What is the Uhthoff Phenomenom in Multiple Sclerosis?

How a Rise in Your Body Temperature May Exacerbate Your MS Symptoms

Man overheating while doing dishes
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The Uhthoff phenomenon is a unique sign in multiple sclerosis characterized by a worsening of one or more MS symptoms when the body's core temperature is elevated. It was first described by Wilhelm Uhthoff, a German eye specialist, in the late 19th century. He noticed that people with optic neuritis, a common symptom of multiple sclerosis, had temporary worsening of their vision when exercising

What Causes Uhthoff Phenomenon?

In MS, the myelin — a protective covering around nerve fibers — is damaged or destroyed by a person's immune system.

The myelin is what allows nerves to communicate with each other effectively and quickly. When damaged, nerve cells cannot properly transmit messages. Depending on which ones are affected, these impaired nerve signaling pathways cause a variety of MS symptoms, like blurry vision, numbness and tingling, muscle weakness, and thinking problems.

In the Uhthoff phenomenon, scientists believe that heat worsens these already damaged nerve cells pathways, which exacerbates current MS symptoms. 

For example, a person may notice her fatigue or walking worsens when her body gets overheated. When her body temperature returns to normal, her symptoms go away. No permanent damage was done, meaning the fatigue or problems walking are reversible.

What Triggers the Uhthoff Phenomenon?

Any source of heat like hot and humid weather, using a hair dryer, a hot shower or bath, or a sauna can trigger this phenomenon.

In addition, a fever from an infection, exercise, menopause, and the peri-menstrual period are other potential triggers.

How Can I Avoid the Uhthoff Phenomenon?

There are number of cooling strategies that can help you avoid the Uhthoff phenomenon. These include:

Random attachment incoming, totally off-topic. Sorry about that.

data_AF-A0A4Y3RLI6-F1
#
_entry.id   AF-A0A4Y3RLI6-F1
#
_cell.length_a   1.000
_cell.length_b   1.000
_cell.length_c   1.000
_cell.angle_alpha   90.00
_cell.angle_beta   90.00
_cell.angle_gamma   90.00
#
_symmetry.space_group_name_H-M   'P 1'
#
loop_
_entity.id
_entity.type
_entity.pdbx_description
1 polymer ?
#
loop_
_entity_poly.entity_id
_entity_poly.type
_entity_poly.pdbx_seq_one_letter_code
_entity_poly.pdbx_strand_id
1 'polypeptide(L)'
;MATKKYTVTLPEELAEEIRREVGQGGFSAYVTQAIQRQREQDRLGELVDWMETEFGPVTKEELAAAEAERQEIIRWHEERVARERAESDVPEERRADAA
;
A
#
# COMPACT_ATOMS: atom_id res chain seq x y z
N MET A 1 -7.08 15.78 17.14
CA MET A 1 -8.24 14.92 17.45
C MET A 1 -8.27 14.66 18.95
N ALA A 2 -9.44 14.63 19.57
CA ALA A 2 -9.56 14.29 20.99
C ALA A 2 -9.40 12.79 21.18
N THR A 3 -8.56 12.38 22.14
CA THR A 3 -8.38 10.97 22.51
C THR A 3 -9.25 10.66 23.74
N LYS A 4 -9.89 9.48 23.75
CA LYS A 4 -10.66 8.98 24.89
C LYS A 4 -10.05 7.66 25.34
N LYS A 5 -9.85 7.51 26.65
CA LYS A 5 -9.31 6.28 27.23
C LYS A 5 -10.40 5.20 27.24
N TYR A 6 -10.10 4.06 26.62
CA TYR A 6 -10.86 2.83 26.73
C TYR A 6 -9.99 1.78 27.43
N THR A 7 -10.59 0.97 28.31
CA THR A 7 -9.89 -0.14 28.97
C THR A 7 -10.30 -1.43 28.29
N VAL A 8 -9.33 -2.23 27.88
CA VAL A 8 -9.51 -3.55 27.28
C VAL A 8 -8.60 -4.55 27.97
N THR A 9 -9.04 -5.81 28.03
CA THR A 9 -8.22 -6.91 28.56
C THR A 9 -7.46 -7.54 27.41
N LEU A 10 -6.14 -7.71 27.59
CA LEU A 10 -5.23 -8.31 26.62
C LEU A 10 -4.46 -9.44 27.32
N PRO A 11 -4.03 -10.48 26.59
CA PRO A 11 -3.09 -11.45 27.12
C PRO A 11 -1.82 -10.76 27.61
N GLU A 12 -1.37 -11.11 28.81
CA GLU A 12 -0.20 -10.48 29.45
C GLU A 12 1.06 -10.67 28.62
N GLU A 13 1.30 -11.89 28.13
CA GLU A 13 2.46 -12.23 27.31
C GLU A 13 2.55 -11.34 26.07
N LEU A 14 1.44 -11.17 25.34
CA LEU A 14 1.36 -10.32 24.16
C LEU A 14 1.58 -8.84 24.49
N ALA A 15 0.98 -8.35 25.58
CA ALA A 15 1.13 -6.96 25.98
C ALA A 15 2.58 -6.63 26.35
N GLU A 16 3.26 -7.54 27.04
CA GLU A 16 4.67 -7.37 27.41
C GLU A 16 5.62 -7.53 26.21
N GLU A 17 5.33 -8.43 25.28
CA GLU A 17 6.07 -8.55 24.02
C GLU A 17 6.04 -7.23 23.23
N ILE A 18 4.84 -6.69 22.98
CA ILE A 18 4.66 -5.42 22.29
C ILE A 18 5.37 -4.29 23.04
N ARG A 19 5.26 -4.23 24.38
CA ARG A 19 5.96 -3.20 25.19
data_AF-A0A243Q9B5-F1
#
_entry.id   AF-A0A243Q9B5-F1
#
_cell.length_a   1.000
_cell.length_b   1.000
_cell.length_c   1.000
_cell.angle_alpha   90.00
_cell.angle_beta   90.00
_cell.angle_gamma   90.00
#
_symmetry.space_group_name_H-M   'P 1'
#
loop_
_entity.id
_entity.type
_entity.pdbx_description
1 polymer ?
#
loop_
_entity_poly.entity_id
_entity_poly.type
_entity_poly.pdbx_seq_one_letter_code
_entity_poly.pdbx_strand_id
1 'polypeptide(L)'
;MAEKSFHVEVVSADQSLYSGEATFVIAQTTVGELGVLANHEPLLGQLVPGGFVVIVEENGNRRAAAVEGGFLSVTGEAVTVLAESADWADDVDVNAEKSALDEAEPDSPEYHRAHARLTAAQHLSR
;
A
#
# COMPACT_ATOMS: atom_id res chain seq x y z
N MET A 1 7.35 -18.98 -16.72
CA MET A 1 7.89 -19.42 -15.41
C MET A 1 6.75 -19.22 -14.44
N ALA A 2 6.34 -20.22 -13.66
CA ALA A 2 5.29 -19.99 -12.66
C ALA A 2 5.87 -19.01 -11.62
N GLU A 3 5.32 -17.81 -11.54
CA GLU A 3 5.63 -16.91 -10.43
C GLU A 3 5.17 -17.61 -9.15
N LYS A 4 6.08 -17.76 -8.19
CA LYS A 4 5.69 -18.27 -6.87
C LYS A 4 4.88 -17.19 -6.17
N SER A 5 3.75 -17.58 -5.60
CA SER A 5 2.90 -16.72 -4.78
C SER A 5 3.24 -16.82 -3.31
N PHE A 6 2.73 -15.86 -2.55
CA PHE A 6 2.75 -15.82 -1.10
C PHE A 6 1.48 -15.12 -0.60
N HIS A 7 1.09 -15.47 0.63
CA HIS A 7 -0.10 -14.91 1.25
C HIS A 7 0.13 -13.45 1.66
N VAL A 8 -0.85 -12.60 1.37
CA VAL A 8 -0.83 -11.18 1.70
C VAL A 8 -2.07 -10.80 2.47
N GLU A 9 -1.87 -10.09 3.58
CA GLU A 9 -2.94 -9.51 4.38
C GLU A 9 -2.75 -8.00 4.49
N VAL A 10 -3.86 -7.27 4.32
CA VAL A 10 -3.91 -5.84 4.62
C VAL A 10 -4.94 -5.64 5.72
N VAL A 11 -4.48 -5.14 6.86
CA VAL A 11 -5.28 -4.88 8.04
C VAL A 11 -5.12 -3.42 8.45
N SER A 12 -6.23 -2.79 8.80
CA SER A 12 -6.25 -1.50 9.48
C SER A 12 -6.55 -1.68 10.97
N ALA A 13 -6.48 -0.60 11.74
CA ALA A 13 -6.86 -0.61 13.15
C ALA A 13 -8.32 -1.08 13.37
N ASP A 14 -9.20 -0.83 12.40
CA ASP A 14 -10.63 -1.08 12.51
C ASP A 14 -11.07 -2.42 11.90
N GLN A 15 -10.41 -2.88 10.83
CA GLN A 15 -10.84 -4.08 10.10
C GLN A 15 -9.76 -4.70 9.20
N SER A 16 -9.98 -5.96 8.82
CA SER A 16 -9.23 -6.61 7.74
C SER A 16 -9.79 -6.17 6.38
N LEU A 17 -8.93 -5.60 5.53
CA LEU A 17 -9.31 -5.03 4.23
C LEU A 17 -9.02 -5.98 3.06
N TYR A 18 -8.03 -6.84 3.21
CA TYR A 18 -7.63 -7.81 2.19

• drinking cold water throughout the day
  • carrying a pocket fan in your purse or backpack
  • applying a cold washcloth to your wrists or neck
  • wearing cooling garments like a cooling vest
  • wearing a hat and staying in the shade on hot, sunny days
  • wearing loose, breathable clothing, like cotton

How Do I Know if I'm Having a Relapse or Experiencing Uhthoff Phenomenon?

It can be tricky to distinguish between a MS relapse and the Uhthoff phenomenon. One quick way is to see if your symptoms reverse when the trigger is removed, like after cooling down from a hot shower or when your fever returns to normal. It's important to note that you may not feel better right away. It could take a few hours, for instance, for your fatigue to be restored after removing the heat source. 

That being said, it's still a good idea to contact your neurologist or your MS nurse, especially if you are unsure. An MS relapse may require treatment, like steroids, whereas a symptom of Uhthoff phenomenon does not require medication — only removal of the trigger and reassurance. 


Birnbaum, M.D. George. (2013). Multiple Sclerosis: Clinician’s Guide to Diagnosis and Treatment, 2nd Edition. New York, New York. Oxford University Press.

Frohman TC et al. Uhthoff's phenomena in MS--clinical features and pathophysiology. Nat Rev Neurol. 2013 Sep;9(9):535-40.

Multiple Sclerosis Society. (2013). Fact sheet: Hot and cold - the effects of temperature on MS. Retrieved January 7th 2016. 

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